In terms of humour, “Veere Di Wedding” works well, but it stutters when it comes to the emotional conflicts, which feel unreal and contrived. The sets are opulent, the costumes are expensive and these characters all live in the rarefied bubble that is Delhi high society.
It's being hailed as a female buddy flick and the girls are open about drinking, having flings and discussing sex, which by and large is taboo in our films, so it's brave in that sense. But it has nothing to do with women empowerment. Once you accept that and watch the film you are in for a crazy ride. Yes, there are loopholes in the story but then it never professed to be taken seriously. It's pitched as a comedy and one needn't always find logic in the fun.
Everything is so rosy and pretty in Veere Di Wedding that all the issues are needlessly amplified to build a sense of drama and conflict. The brazen and unapologetic behaviour seen here extends to the number of product placements thrown into the film. The sisterhood of Dilliwali girlfriends for all their rebellion and nonstop whining and profanities ultimately seek validation in the most conventional way. Veere Di Wedding emphasizes on the need to make mistakes and learn from them. The makers are guilty of not following the diktat.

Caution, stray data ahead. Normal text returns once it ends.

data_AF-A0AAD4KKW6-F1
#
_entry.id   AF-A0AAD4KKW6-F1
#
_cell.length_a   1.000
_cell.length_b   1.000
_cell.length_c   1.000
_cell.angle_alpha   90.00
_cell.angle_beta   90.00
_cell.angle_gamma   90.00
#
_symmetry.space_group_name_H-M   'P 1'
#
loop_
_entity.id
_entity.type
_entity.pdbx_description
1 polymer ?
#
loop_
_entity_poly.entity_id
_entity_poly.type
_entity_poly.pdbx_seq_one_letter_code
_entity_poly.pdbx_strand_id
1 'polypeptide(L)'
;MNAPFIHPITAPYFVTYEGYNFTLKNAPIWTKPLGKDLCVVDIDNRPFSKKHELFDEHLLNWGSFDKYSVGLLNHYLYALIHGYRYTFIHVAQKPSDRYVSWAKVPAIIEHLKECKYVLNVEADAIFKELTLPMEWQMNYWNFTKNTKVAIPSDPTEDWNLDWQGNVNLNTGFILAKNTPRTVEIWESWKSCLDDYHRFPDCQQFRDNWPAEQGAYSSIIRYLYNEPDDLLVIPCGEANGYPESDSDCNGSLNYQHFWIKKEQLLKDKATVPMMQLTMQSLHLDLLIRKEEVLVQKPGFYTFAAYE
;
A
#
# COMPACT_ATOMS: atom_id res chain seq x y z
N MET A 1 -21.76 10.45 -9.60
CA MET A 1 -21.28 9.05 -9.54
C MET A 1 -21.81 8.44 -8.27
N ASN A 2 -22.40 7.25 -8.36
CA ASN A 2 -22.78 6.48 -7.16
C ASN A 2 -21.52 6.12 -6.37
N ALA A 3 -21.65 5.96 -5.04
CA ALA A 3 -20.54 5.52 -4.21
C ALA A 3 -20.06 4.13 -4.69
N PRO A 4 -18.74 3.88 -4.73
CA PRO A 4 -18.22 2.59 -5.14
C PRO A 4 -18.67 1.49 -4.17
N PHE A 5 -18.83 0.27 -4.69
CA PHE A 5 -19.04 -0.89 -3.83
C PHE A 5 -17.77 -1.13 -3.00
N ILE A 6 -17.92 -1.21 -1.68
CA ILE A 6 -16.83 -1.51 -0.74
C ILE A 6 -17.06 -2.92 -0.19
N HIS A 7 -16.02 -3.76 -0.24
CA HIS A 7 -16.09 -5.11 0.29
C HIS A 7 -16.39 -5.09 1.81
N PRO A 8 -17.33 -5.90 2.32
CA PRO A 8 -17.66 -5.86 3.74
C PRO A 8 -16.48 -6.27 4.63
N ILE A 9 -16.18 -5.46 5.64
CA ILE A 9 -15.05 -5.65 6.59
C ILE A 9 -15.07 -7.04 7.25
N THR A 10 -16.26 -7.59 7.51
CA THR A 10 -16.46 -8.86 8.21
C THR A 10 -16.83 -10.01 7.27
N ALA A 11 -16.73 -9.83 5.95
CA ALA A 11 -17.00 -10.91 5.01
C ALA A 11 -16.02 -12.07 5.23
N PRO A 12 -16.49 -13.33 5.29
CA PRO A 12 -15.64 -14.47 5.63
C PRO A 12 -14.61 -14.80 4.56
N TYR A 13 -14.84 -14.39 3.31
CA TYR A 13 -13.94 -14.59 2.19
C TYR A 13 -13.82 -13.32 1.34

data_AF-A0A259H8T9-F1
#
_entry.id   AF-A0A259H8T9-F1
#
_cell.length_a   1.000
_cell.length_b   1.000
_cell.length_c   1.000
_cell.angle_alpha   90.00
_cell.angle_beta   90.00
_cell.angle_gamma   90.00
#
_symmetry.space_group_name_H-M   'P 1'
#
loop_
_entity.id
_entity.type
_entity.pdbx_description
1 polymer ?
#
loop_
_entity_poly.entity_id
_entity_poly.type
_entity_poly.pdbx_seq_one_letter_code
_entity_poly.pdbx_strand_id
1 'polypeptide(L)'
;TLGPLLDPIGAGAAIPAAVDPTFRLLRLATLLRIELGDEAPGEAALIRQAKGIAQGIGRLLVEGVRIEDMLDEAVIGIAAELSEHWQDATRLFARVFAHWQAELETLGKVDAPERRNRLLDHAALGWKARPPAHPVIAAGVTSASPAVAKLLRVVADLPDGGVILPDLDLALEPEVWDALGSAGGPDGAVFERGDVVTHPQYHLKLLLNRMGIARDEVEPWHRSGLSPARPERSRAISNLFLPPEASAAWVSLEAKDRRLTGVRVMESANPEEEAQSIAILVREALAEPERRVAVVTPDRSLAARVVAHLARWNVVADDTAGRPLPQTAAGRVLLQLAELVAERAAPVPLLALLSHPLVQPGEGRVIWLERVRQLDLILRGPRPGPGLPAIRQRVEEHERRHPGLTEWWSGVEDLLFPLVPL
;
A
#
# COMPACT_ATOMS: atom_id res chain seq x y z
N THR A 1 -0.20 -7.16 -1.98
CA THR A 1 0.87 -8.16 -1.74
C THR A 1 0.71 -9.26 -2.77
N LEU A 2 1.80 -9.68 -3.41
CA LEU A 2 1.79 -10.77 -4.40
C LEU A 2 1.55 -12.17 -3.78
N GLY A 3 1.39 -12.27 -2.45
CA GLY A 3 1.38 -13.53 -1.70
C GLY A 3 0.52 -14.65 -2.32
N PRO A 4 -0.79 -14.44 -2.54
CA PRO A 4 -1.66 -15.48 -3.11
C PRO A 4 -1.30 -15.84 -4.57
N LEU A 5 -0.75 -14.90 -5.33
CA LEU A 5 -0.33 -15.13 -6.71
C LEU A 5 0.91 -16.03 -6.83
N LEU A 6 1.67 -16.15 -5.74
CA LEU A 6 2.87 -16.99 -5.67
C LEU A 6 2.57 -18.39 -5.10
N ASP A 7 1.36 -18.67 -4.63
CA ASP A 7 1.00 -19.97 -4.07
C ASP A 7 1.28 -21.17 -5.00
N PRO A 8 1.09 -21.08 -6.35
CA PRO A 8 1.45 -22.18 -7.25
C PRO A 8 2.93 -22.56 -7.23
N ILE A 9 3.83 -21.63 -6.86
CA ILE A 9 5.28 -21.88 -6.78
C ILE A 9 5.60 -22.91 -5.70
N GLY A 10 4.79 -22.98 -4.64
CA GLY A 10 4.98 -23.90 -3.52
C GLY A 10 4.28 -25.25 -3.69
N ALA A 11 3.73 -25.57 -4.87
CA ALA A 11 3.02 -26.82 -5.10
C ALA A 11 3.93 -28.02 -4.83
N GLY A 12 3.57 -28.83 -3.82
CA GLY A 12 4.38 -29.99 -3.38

All said and done, Veere Di Wedding is entertaining but only in parts. Good looking people reveal their messed up life & it might find a connect but with a very limited range of audience. Kareena Kapoor Khan has looked like a million dollars!
...has a bold theme that defies stereotypes and delivers a shock value. At the box office, the multiplex audience and the youth [especially female] will patronize the film in a big way. Watch it for all the fun and madness created by the four leading ladies.
In sum, this is not entirely unwatchable. Only, in trying too hard to play it cool, the whole experience comes across as somewhat pretentious.
Kareena, Sonam, Swara, Shikha play relatable non-conformists in a fun buddy flick...
Veere Di Wedding has taken a flying start and it will keep everyone smiling despite the fact that a section of the audience will be critical of the content. In commercial terms, this one will turn out to be a richly rewarding proposal.
Audience Reviews for Veere Di Wedding